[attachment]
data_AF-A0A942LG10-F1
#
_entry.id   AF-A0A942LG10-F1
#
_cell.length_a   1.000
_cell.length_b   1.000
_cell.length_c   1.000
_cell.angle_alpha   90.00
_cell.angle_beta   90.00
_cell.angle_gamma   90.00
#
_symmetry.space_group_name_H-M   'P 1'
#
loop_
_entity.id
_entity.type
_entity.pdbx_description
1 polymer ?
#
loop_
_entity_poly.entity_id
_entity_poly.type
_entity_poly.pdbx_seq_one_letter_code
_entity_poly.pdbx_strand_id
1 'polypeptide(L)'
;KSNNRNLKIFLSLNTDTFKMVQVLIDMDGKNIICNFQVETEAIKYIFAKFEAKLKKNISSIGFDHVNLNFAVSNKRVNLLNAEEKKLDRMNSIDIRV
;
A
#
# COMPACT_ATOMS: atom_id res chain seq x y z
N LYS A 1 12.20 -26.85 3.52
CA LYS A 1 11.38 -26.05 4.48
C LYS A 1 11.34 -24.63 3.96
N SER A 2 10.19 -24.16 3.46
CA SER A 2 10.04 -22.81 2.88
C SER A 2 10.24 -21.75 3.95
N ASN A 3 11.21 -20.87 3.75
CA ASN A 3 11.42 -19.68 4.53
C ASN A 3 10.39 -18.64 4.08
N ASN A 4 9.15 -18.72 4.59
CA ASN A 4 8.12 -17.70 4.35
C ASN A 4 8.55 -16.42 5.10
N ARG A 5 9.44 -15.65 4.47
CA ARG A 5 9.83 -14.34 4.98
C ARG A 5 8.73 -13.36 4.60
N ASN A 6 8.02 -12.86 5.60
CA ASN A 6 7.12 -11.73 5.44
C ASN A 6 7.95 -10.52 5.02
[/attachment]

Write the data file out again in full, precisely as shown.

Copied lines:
data_AF-A0A942LG10-F1
#
_entry.id   AF-A0A942LG10-F1
#
_cell.length_a   1.000
_cell.length_b   1.000
_cell.length_c   1.000
_cell.angle_alpha   90.00
_cell.angle_beta   90.00
_cell.angle_gamma   90.00
#
_symmetry.space_group_name_H-M   'P 1'
#
loop_
_entity.id
_entity.type
_entity.pdbx_description
1 polymer ?
#
loop_
_entity_poly.entity_id
_entity_poly.type
_entity_poly.pdbx_seq_one_letter_code
_entity_poly.pdbx_strand_id
1 'polypeptide(L)'
;KSNNRNLKIFLSLNTDTFKMVQVLIDMDGKNIICNFQVETEAIKYIFAKFEAKLKKNISSIGFDHVNLNFAVSNKRVNLLNAEEKKLDRMNSIDIRV
;
A
#
# COMPACT_ATOMS: atom_id res chain seq x y z
N LYS A 1 12.20 -26.85 3.52
CA LYS A 1 11.38 -26.05 4.48
C LYS A 1 11.34 -24.63 3.96
N SER A 2 10.19 -24.16 3.46
CA SER A 2 10.04 -22.81 2.88
C SER A 2 10.24 -21.75 3.95
N ASN A 3 11.21 -20.87 3.75
CA ASN A 3 11.42 -19.68 4.53
C ASN A 3 10.39 -18.64 4.08
N ASN A 4 9.15 -18.72 4.59
CA ASN A 4 8.12 -17.70 4.35
C ASN A 4 8.55 -16.42 5.10
N ARG A 5 9.44 -15.65 4.47
CA ARG A 5 9.83 -14.34 4.98
C ARG A 5 8.73 -13.36 4.60
N ASN A 6 8.02 -12.86 5.60
CA ASN A 6 7.12 -11.73 5.44
C ASN A 6 7.95 -10.52 5.02